What has Macy’s learned since the outbreak of COVID-19?
According to chairman and chief executive officer Jeff Gennette, the $24 billion department store chain (which has been criticized for moving like molasses) can be nimble; luxury can shine but offering a spectrum of prices is a strategic advantage; communication is critical, and that digital, as a percentage of overall sales, will remain high, post-pandemic.
“Decisions made in weeks or months, we made in a day. We learned how we could be more agile,” Gennette said during a virtual conversation on Thursday with Matt Shay, president and ceo of the National Retail Federation. It was part of the NRF’s Retail Leadership Series of virtual conversations with ceo’s.
Macy’s had to pick up its pace to flex its category mix, from being overly dependent on occasion dressing, suits and dresses, which Macy’s has been best known for, to bolstering active, home and luxury, Gennette said, while seated in the textile department of Macy’s Herald Square, right by the temporarily closed Stella restaurant.
Another key initiative was accelerating pickup at stores, from a six-store pilot to a national rollout in 18 days, Gennette said. Also, in two weeks, technology was implemented so associates could fulfill orders from their homes.
In the second quarter, Macy’s picked up four million new online customers. “They were younger, more diverse. They asked for services that frankly we didn’t have,” Gennette said, citing installment pay. “Now we have that. We launched it in a couple of weeks. They wanted same-day delivery. We got DoorDash.”
Gennette said Macy’s flagship stores are lagging due to a lack of office workers and tourism in major cities, while smaller “neighborhood” stores, which Macy’s has set for closures over time, ironically, “have turned out to be our best performers” in the pandemic.
With stores temporarily closed beginning mid-March until the spring, and many shoppers still reluctant to shop indoors, Macy’s digital business has skyrocketed from 25 percent of total sales to 45 percent. “I don’t know that it’s going to go south of 40 percent in the future,” said Gennette, though he acknowledged that online transactions are not as profitable as store transactions because of the costs of fulfillment and delivery.
To boost profitability, Macy’s is working on pumping up private brands to represent 25 percent of total sales, from the current 20 percent. Private brands yield bigger margins than market brands. Macy’s is also working on reducing the product cycle time, including communicating more digitally about samples, versus having them shipped to Macy’s.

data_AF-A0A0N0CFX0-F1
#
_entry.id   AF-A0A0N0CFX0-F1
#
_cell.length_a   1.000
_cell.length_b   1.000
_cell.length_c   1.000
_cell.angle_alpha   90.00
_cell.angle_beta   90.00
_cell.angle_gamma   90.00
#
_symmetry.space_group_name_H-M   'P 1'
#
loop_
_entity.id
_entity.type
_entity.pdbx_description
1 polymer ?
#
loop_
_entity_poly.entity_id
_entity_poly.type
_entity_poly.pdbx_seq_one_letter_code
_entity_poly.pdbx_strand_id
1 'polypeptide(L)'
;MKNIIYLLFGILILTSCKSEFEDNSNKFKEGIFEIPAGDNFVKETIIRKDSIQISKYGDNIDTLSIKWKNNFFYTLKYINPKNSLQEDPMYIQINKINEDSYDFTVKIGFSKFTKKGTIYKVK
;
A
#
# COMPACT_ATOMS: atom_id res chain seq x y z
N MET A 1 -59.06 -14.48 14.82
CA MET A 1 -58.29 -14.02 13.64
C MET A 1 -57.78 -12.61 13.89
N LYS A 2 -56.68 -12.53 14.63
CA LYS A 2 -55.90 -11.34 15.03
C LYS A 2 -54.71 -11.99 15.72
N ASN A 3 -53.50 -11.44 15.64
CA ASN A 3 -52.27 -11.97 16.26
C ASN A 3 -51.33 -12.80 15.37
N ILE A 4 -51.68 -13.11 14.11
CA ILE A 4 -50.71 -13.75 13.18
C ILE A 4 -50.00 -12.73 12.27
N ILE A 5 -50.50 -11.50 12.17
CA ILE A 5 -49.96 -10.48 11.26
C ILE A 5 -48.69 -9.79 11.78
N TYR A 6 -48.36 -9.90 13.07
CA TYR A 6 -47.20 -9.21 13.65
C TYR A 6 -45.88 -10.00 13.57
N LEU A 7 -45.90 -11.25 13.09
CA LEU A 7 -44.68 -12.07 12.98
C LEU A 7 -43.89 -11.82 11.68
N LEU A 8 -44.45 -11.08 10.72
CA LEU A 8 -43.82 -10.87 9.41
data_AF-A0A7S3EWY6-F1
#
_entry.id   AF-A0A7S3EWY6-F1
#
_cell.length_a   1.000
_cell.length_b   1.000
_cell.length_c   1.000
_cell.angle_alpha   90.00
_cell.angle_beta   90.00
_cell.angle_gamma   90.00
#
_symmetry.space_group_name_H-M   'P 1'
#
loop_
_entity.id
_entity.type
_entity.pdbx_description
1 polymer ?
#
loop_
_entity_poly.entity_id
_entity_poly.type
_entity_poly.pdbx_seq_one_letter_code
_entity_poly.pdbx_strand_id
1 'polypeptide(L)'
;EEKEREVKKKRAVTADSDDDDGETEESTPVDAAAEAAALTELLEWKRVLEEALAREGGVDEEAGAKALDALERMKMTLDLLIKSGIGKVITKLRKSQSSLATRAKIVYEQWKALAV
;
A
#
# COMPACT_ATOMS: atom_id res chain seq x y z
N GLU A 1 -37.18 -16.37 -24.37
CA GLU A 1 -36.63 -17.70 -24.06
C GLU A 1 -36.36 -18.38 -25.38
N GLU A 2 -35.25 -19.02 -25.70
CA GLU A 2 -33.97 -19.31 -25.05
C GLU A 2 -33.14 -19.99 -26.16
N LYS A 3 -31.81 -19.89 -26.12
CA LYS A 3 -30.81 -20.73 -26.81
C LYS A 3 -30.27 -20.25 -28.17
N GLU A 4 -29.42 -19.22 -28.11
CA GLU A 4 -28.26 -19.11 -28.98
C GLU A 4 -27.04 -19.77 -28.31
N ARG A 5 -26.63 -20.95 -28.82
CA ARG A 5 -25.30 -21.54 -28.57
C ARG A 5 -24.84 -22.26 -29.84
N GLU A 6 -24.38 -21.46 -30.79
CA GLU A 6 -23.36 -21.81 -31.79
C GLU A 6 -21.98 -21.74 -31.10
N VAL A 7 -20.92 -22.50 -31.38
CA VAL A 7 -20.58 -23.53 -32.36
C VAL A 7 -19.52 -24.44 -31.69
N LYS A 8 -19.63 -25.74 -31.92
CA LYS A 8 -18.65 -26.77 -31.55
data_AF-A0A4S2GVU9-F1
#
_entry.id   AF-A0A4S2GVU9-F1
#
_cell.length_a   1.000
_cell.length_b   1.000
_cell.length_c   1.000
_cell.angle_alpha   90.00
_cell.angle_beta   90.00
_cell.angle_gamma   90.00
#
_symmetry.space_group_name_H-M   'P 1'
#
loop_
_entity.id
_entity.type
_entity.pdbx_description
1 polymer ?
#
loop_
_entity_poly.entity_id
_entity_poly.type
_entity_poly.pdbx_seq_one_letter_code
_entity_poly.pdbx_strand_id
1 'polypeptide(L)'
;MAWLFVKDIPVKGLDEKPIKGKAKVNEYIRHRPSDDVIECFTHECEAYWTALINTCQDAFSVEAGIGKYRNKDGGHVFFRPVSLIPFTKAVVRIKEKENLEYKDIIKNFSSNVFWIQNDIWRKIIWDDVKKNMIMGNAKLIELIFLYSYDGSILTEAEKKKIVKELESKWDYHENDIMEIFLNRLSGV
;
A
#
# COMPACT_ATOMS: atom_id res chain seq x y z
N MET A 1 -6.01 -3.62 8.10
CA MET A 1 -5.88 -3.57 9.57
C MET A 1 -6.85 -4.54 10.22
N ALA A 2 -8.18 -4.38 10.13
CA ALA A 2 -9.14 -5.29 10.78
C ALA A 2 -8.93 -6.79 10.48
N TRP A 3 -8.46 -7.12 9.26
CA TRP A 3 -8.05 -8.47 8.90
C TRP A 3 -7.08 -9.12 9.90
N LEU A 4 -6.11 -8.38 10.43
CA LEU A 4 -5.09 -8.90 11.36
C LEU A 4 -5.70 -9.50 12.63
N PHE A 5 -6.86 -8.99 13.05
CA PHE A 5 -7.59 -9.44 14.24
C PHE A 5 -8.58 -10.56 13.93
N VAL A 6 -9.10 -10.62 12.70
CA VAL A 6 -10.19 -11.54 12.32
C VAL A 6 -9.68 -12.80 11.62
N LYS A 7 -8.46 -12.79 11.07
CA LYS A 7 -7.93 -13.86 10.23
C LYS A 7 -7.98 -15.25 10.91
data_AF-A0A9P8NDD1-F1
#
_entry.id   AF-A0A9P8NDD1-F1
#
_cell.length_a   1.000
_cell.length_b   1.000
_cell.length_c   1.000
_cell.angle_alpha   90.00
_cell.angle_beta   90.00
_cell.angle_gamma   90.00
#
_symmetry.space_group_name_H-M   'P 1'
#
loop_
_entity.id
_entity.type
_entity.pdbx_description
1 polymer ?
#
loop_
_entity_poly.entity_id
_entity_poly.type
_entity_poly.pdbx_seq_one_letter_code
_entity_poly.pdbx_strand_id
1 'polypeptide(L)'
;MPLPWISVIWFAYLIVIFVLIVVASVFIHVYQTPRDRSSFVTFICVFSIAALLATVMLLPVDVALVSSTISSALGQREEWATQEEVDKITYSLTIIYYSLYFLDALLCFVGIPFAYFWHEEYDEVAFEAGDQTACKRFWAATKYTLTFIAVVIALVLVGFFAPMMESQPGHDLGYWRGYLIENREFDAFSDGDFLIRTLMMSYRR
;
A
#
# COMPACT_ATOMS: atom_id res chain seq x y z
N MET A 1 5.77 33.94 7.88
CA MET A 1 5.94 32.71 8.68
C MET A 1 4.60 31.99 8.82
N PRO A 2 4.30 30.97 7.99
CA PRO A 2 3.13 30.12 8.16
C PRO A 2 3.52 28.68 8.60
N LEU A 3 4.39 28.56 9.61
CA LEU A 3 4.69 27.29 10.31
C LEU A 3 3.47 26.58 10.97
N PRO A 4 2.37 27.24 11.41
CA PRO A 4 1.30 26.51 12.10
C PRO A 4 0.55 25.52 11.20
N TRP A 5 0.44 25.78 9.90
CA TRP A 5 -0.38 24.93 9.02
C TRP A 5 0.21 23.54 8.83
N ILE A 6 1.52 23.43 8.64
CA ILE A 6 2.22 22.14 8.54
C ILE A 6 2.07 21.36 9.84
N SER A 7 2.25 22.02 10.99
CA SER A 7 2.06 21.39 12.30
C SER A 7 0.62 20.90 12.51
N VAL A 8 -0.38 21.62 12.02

In addition, “We did a 50 percent cut on our suppliers over the course of the last year, to be more important to the ones that really matter,” said Gennette. “We are now sharing fabrics between genders, brands and age groups, giving us much more buying power.”
With Macy’s off-price businesses — Backstage and Bloomingdale’s The Outlet — “The customer is loving it,” Gennette said.
Macy’s has decided to resume opening freestanding Backstage stores. That’s been on a hiatus since Backstage launched with a couple of freestanding units in 2015, and the retailer decided to concentrate on building off-price departments inside Macy’s stores.
“We’ll be testing Backstage online starting this month,” Gennette said. Backstage areas inside Macy’s have been more productive than the store overall.
Gennette is convinced that consumers are ready to shop for holiday gifts early, in October instead of waiting till the week before Thanksgiving. “They recognize the health and safety issues, and the shipping issues,” he said.
Macy’s employees in key office facilities such as Herald Center and Atlanta won’t be asked to return to the offices until next year. “When I look at Herald Square, I am not bringing anyone back until after the first of the year, at some modified schedule based on how you think about the work culture,” Gennette said.
While it’s safer working virtually from home, “You do lose a lot when you’re brainstorming and just creative thinking and reading body language. It’s hard to do that over a pane of glass,” Gennette said. “This is just this fatigue doing Zoom calls, four hours a day. I think a hybrid culture is coming,” involving working from home and the office, he said.
“The toughest decision I ever had to make in my career was furloughing 90 percent of my colleagues,” in the height of the pandemic, though they still received their health benefits, the ceo said.
With Macy’s vendors, “There were lots of cancellations — all of spring, most of summer,” and terms were extended affecting the cash flow of the vendors, he added. Macy’s also completed a refinancing in May to get through the pandemic.
“The second job was communication,” Gennette said, noting he had daily conference calls with his team. “We made a big play with that to make sure everyone was on the same page….We changed how we dealt with our board of directors,” which began meeting twice a week, from five times a year. Macy’s also met with civic leaders and governors, to get CDC guidelines in place.